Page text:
If you’re someone who is consistently involved with community service, the chances are that your volunteering efforts may sometimes put you in contact with disabled individuals. There seems to be inherent anxiety many individuals have about working with disabled individuals. Whether it be a lack of exposure to these disabilities or the fear of doing something wrong, these barriers often stop many people from pursuing this type of volunteer work. But no matter how people feel about this type of volunteering, the need remains. Read below to discover how to prepare to work with disabled individuals.
One of the most important things you can do to prepare for working with disabled individuals is to educate yourself as much as possible. Depending on a person’s disability, you’re going to have to learn how to communicate effectively with them. This doesn’t mean you have to learn every single aspect of their disability within a night, but it is important to teach yourself some basic principles and communication techniques. If you’re unsure how to educate yourself, you can do some browsing on the internet and find helpful scholarly articles written by individuals who have done years of research.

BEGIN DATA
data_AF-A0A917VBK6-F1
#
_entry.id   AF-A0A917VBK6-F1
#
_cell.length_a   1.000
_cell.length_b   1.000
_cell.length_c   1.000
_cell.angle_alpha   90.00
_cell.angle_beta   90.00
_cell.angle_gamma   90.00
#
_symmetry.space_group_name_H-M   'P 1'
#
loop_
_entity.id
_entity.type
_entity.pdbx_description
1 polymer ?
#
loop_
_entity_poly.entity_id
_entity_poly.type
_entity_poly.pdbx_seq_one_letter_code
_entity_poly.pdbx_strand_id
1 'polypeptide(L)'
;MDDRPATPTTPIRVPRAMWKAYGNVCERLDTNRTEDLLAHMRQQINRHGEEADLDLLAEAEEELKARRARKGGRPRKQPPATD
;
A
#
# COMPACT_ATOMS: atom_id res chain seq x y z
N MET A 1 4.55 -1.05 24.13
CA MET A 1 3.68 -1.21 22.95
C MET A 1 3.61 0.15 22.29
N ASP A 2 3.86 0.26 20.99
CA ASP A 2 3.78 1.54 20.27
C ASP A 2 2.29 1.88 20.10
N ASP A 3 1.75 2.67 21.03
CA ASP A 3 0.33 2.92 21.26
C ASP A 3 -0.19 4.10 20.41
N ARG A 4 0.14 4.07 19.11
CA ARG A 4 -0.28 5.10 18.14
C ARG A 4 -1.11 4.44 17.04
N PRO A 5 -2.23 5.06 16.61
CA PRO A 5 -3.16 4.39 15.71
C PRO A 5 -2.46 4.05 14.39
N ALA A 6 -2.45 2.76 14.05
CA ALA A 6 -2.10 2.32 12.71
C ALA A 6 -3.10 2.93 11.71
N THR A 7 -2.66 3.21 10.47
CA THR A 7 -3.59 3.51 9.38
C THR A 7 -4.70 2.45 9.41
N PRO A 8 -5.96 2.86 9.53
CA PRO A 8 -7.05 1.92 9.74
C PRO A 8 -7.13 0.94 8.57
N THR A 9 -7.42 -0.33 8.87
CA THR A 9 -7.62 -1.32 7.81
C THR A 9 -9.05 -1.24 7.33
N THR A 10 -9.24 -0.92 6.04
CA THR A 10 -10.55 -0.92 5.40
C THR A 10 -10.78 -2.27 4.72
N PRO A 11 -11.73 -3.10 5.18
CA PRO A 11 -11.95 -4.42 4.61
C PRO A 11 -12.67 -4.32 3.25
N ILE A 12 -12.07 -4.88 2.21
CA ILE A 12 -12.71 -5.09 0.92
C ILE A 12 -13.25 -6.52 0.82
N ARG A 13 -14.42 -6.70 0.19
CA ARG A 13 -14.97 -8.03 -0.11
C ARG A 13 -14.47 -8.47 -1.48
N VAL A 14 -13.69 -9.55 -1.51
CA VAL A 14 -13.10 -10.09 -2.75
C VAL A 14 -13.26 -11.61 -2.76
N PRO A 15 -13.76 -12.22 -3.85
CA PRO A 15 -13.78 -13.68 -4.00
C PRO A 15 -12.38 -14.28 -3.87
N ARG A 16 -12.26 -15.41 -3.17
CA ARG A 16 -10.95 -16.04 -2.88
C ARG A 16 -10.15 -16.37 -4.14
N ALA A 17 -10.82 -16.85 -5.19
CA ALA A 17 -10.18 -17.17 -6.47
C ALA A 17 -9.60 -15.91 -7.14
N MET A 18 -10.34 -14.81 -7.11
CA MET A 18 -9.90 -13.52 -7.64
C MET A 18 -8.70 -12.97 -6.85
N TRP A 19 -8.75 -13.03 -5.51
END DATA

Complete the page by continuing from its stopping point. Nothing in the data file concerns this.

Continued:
Avoid Exclusive Language
As you’re preparing to work with disabled individuals, you’ll also need to begin paying more attention to your vocabulary. You may not realize that some of the terms you use are deemed offensive by others. Avoid using language such as “wheelchair-bound,” “handicapped,” “suffering from” and other terms that could come off wrong. Your language style will need to be appropriate to reduce the possibility of offending anyone. In concordance with adapting your language, you’ll also need to make sure you are never assuming anyone has a disability or trying to diagnose them yourself, especially if you are not in the medical profession.
Develop a Positive Attitude
Approaching your volunteering position with a positive attitude will enable you to serve others well. After having educated yourself on how to interact with and address individuals with disabilities, you might still feel weary that you’ll make a mistake. But this prior research only goes to show the commitment you have to the volunteering project and the other individuals involved. At this stage, the next best thing you can do is to develop a positive attitude, looking forward to volunteering. The more positive you appear, the more likely your efforts are to permeate the community and inspire others to educate themselves to best interact with disabled individuals as well.